The American League MVP Chase Is a Two-Horse Race

There are many players in the AL having good years, but only two are truly fighting it out for MVP right now.

I wonder what it's like to have people chanting "MVP, MVP, MVP!" whenever you show up to work.

I'm a pretty valuable cog in my job, and I like to think that my co-workers think I do an excellent job. I'm a top performer, and yet, I never hear anyone chanting "MVP, MVP, MVP" whenever I walk into a room. It's a unique job this "baseball player" occupation.

Josh Donaldson heard it a lot during the Blue Jays' three-game series sweep of the Angels in Anaheim this weekend. Jays fans in attendance shouted that little bit of positive reinforcement from the stands on more than one occasion as he went 8-for-15 in the series, with four doubles, one home run and nine RBI, becoming the first player in the Majors to top the century mark in RBI. 

And don't look now, but Donaldson now appears to be in a great spot to win the American League Mike Trout Award... uh, I mean, the American League MVP Award. 

No, the commissioner didn't re-name the AL award after Trout, who over the last four seasons has unquestionably become the best player in baseball, but he might as well have. A vote for anyone other than Mike Trout over the last few years was worthy of scorn and derision. Oh my, the derision. But in 2015, Donaldson has made this a legitimate horse race.

And it goes beyond this weekend's series in which the two top contenders for MVP went head-to-head. While Trout did not fare as well against Toronto, going hitless in the first two games before notching a 3-for-4 game with a triple in the finale, his overall numbers prove this a race that is still way too close to call.

Josh Donaldson 7.1 7.0 4.20 34 100 .956 .405 161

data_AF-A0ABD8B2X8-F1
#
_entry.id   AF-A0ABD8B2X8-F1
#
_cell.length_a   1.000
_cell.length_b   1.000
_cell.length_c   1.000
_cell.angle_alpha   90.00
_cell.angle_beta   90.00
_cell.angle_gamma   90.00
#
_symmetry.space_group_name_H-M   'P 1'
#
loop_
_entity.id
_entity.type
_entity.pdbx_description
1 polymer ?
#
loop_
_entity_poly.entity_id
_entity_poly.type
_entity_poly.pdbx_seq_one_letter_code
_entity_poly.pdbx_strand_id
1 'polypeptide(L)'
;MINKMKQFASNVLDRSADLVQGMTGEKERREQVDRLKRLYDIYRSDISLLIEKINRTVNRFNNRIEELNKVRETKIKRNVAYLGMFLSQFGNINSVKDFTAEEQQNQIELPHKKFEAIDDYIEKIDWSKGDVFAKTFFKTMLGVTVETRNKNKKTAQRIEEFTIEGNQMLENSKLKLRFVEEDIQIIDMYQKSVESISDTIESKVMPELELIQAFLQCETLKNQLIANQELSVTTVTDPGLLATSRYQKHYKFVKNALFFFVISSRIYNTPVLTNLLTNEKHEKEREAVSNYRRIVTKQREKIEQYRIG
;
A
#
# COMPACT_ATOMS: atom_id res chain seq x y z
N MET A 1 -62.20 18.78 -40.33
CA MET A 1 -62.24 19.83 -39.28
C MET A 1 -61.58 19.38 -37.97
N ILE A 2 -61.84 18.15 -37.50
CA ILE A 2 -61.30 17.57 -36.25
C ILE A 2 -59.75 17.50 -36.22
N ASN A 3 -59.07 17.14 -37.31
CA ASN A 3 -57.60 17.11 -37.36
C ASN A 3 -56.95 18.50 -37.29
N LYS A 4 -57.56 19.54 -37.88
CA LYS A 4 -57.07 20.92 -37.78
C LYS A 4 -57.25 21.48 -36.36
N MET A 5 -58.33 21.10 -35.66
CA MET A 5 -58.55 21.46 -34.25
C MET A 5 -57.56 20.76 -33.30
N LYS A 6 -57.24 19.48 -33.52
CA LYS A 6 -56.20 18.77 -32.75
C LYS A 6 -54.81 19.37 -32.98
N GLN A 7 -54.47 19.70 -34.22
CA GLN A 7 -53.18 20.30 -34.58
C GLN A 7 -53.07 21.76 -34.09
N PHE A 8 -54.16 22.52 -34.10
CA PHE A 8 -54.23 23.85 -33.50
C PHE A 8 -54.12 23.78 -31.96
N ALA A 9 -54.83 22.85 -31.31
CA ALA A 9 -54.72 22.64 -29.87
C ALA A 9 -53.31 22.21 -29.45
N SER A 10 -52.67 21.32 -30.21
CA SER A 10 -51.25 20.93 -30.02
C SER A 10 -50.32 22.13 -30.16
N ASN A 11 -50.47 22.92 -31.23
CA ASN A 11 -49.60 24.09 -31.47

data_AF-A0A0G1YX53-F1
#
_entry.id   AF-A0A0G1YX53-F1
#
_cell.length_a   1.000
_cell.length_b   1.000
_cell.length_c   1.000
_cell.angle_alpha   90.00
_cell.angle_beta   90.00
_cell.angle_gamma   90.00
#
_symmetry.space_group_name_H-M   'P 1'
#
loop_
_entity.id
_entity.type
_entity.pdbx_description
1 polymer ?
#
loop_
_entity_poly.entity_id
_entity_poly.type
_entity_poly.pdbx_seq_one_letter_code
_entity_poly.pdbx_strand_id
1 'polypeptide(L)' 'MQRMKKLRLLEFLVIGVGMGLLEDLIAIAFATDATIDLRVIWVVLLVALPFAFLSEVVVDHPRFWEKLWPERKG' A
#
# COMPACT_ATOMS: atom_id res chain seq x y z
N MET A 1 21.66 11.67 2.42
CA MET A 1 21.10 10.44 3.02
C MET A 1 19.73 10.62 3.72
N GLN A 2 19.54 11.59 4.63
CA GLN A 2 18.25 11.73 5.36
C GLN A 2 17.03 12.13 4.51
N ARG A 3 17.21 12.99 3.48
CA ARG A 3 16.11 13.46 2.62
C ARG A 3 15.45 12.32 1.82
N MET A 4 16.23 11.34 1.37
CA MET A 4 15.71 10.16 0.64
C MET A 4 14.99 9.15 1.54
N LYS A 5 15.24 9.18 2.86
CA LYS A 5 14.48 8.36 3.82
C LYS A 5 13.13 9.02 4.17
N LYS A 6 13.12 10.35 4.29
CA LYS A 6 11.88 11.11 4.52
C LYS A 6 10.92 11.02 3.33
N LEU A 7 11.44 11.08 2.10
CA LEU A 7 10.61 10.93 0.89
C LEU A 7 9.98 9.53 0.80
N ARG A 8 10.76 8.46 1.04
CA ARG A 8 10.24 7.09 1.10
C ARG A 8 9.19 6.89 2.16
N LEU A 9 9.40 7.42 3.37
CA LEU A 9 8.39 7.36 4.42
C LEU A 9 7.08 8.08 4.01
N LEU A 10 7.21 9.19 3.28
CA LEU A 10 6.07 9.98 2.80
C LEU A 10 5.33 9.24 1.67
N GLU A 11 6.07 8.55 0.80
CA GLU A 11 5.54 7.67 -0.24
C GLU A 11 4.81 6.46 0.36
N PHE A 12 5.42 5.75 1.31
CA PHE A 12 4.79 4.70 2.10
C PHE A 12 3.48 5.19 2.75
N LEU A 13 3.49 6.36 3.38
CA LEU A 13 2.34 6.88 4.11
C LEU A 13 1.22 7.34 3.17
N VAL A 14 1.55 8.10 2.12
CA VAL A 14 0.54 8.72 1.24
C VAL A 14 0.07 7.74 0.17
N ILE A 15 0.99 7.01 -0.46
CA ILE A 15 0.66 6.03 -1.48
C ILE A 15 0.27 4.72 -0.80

Mike Trout 6.8 7.1 3.72 33 73 .979 .408 170

There are so many numbers at which to look, and no matter how you look at them, it's impossible to pick who is having the better season right now.

Donaldson has a better fWAR and  nERD, more homers (by one), more RBI (by a lot), more runs scored (95 to 80), and more doubles (34 to 23). However, Trout has the better bWAR, OPS, weighted on-base average (wOBA) and weighted runs created (wRC+), all of which indicate he's had a better offensive season than Donaldson. And both are plus-defenders.

Donaldson's RBI and runs scored totals are buoyed by the fact that he is part of the best lineup in baseball, filled with mashers and offensive stars capable of getting on base in front of him and driving him in from lower in the batting order. Trout has his running buddy in Albert Pujols, but there isn't much else in the Angels lineup other than that (no offense, David Murphy).

But this hasn't all come out of nowhere.

In 2013, Donaldson was worth 7.6 fWAR for Oakland and hit .301/.384/.499 with 24 homers, 93 RBI and a wRC+ of 148. Last year he hit .255/.342/.456 with 29 home runs, 98 RBI, a wRC+ of 129 and an fWAR of 6.6. But since coming over to Toronto in a trade over the winter, at the top of a lineup filled with sluggers, in a hitter's park, Donaldson has simply not stopped raking.

This is all happening as Trout is having perhaps his best season as a slugger. He's not stealing 30 or 45 bases like he did in 2012 and '13, but his 33 homers are already creeping up on last year's career high of 36, and his wRC+ of 170 is right in line with his career highs. Simply put, he's still perhaps the best run producer in baseball, and he's doing it with far less help than Donaldson is.

Of course, if MVP voters need a tiebreaker, many of them will give this award to the player who makes the postseason. After Sunday's games, Toronto was a half-game in front of the New York Yankees in the AL East and comfortably in position to snag at least a wild card, with a 96.4% chance of making the postseason, according to our algorithms.

Conversely, the Angels are going the wrong way, now in third place in the AL West behind the Houston Astros and Texas Rangers, with a 29.6% chance of reaching the playoffs.

None of that will be Trout's fault, of course, but with two players so evenly matched, it's likely writers will use that as a basis to make a decision.

There are still five weeks left, enough time for one of these guys to separate himself from the rest of the pack. But if the vote were held today, my hunch is Donaldson would unseat Trout as the American League's Most Valuable Player.